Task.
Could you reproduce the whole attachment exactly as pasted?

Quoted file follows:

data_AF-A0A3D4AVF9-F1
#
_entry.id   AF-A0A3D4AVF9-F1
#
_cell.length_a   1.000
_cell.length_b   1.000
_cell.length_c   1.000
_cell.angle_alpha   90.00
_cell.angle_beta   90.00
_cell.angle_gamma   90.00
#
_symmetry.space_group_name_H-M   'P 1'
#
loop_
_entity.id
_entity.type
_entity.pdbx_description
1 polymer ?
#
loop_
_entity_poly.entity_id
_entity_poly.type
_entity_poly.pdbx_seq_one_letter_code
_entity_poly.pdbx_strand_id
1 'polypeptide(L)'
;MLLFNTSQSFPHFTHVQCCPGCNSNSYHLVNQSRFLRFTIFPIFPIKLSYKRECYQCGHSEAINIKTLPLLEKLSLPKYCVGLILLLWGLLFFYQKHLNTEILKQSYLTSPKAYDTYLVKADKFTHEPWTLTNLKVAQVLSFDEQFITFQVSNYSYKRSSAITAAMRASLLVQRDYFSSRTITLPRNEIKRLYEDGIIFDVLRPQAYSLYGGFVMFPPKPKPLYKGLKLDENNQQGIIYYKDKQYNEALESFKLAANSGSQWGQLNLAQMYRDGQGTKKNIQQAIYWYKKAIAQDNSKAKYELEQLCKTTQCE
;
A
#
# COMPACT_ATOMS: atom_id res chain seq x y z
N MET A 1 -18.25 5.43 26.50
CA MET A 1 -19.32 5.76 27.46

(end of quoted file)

data_AF-A0A3D4AVF9-F1
#
_entry.id   AF-A0A3D4AVF9-F1
#
_cell.length_a   1.000
_cell.length_b   1.000
_cell.length_c   1.000
_cell.angle_alpha   90.00
_cell.angle_beta   90.00
_cell.angle_gamma   90.00
#
_symmetry.space_group_name_H-M   'P 1'
#
loop_
_entity.id
_entity.type
_entity.pdbx_description
1 polymer ?
#
loop_
_entity_poly.entity_id
_entity_poly.type
_entity_poly.pdbx_seq_one_letter_code
_entity_poly.pdbx_strand_id
1 'polypeptide(L)'
;MLLFNTSQSFPHFTHVQCCPGCNSNSYHLVNQSRFLRFTIFPIFPIKLSYKRECYQCGHSEAINIKTLPLLEKLSLPKYCVGLILLLWGLLFFYQKHLNTEILKQSYLTSPKAYDTYLVKADKFTHEPWTLTNLKVAQVLSFDEQFITFQVSNYSYKRSSAITAAMRASLLVQRDYFSSRTITLPRNEIKRLYEDGIIFDVLRPQAYSLYGGFVMFPPKPKPLYKGLKLDENNQQGIIYYKDKQYNEALESFKLAANSGSQWGQLNLAQMYRDGQGTKKNIQQAIYWYKKAIAQDNSKAKYELEQLCKTTQCE
;
A
#
# COMPACT_ATOMS: atom_id res chain seq x y z
N MET A 1 -18.25 5.43 26.50
CA MET A 1 -19.32 5.76 27.46